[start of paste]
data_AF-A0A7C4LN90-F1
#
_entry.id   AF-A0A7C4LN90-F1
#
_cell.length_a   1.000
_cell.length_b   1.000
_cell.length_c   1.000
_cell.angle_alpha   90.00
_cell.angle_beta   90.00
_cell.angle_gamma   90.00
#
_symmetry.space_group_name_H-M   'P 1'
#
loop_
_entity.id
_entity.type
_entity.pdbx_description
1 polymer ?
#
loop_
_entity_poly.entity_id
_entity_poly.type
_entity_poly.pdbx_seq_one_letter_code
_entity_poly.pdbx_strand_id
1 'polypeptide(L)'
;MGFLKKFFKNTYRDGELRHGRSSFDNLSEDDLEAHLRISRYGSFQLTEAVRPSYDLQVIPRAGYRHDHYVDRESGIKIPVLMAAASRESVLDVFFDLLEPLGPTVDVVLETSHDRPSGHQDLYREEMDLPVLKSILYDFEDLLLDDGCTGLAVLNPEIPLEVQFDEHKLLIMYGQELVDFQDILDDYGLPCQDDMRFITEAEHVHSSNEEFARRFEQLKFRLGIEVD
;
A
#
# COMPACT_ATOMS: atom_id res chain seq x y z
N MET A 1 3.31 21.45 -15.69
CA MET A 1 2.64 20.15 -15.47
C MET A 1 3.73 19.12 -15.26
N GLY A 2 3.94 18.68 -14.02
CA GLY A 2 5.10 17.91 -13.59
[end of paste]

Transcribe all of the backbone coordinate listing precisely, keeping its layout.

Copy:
data_AF-A0A7C4LN90-F1
#
_entry.id   AF-A0A7C4LN90-F1
#
_cell.length_a   1.000
_cell.length_b   1.000
_cell.length_c   1.000
_cell.angle_alpha   90.00
_cell.angle_beta   90.00
_cell.angle_gamma   90.00
#
_symmetry.space_group_name_H-M   'P 1'
#
loop_
_entity.id
_entity.type
_entity.pdbx_description
1 polymer ?
#
loop_
_entity_poly.entity_id
_entity_poly.type
_entity_poly.pdbx_seq_one_letter_code
_entity_poly.pdbx_strand_id
1 'polypeptide(L)'
;MGFLKKFFKNTYRDGELRHGRSSFDNLSEDDLEAHLRISRYGSFQLTEAVRPSYDLQVIPRAGYRHDHYVDRESGIKIPVLMAAASRESVLDVFFDLLEPLGPTVDVVLETSHDRPSGHQDLYREEMDLPVLKSILYDFEDLLLDDGCTGLAVLNPEIPLEVQFDEHKLLIMYGQELVDFQDILDDYGLPCQDDMRFITEAEHVHSSNEEFARRFEQLKFRLGIEVD
;
A
#
# COMPACT_ATOMS: atom_id res chain seq x y z
N MET A 1 3.31 21.45 -15.69
CA MET A 1 2.64 20.15 -15.47
C MET A 1 3.73 19.12 -15.26
N GLY A 2 3.94 18.68 -14.02
CA GLY A 2 5.10 17.91 -13.59